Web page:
The Digital Biodesign and Personalized Healthcare consortium, one of the ten world-class research centers now being established in Russia, is working on a technological platform for creating such twins. According to Director of the Health Informatics Lab at the Novgorod State University Vladimir Makarov, digital twins focus on three potential health risks: lung cancer, kidney cancer and colorectal cancer. The consortium’s latest developments will be implemented at an oncology center in Veliky Novgorod. He also said that the Novgorod University scientists in the consortium are also working on a digital model of lung cancer.

Sandbox technologies

Digital or technological sandboxes remain one way to expedite technology implementation in different sectors of the economy. The same approach can be used in healthcare, according to Sergei Lysenkov, Director of the Medical Center of the VSK Insurance House. Regulatory barriers often stall implementation of innovative technology in medicine, and experimental legal regimes in digital sandboxes can help. This includes wider use of telemedicine such as distance patient monitoring, and development of a personal medical assistant system. It helps make healthcare more accessible and improve the quality of healthcare under compulsory and voluntary insurance plans. It also boosts the development of preventive medicine.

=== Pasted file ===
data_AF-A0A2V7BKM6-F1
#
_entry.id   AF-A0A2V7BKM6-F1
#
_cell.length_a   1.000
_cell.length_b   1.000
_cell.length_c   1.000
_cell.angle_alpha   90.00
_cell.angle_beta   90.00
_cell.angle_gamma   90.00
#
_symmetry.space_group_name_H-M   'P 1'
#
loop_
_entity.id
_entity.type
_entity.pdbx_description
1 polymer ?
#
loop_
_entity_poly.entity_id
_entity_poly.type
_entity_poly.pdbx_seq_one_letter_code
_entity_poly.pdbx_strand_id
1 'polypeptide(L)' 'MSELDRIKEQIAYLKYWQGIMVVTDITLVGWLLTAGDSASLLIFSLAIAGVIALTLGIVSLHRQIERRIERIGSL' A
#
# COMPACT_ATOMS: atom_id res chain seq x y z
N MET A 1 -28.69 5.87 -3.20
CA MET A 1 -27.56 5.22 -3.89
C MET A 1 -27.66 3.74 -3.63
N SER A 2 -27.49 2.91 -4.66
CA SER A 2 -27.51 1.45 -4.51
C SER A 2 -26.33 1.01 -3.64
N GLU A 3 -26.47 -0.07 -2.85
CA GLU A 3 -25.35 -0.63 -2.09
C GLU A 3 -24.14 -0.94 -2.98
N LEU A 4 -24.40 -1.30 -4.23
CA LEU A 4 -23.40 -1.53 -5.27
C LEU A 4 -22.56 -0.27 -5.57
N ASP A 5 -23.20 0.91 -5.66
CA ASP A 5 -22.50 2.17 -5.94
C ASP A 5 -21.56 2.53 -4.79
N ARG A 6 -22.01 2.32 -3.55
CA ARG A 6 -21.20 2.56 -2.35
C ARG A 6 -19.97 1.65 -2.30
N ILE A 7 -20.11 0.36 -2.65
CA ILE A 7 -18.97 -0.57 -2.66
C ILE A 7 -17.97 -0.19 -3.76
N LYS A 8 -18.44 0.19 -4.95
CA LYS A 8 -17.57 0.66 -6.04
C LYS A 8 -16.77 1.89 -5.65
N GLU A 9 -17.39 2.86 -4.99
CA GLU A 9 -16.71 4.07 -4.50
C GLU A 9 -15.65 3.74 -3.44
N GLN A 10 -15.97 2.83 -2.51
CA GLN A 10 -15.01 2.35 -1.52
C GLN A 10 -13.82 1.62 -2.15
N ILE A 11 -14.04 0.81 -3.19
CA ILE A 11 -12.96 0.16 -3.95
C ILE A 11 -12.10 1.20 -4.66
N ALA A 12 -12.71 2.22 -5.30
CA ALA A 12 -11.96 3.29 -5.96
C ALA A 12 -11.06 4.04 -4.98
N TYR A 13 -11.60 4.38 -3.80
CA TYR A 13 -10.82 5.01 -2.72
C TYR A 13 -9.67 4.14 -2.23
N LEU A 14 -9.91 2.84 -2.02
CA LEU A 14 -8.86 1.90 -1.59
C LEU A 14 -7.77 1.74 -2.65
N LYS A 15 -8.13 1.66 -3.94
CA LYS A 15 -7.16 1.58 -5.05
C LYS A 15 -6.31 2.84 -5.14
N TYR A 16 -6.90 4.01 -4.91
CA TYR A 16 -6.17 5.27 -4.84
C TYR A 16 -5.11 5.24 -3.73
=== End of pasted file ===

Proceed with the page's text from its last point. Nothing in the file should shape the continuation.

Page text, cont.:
It is also possible to build an integrated patient database covering different healthcare providers, in the digital sandbox. Access to comprehensive data helps develop a more precise and holistic treatment strategy.

Investment niche

When it comes to investment appeal, there is an entire stack of technologies in digital healthcare along with solutions and services based on these technologies. Investment in digital healthcare remains attractive due to a relatively low entry threshold, especially compared to investment in the development of new medical devices and even more so medication, notes Senior Vice President for Innovation at the Skolkovo Foundation Kirill Kayem.

Telemedicine solutions using the capabilities of the Internet of Things show good prospects. In the future, they will allow monitoring patients’ health and physiological parameters remotely. Behavioral apps focusing on behavioral responses is a niche in itself. This type of apps help track how precisely patients follow doctor recommendations. There are also apps supporting patients’ mental health and some geared towards predictive medicine.

Another area is clinical decision support systems using Artificial Intelligence. This segment is very competitive already, collaboration with a healthcare facility remaining an important factor of success. This sector will see a truly big breakthrough at the next stage of the AI development, when universal artificial intelligence is created.

By Olga Blinova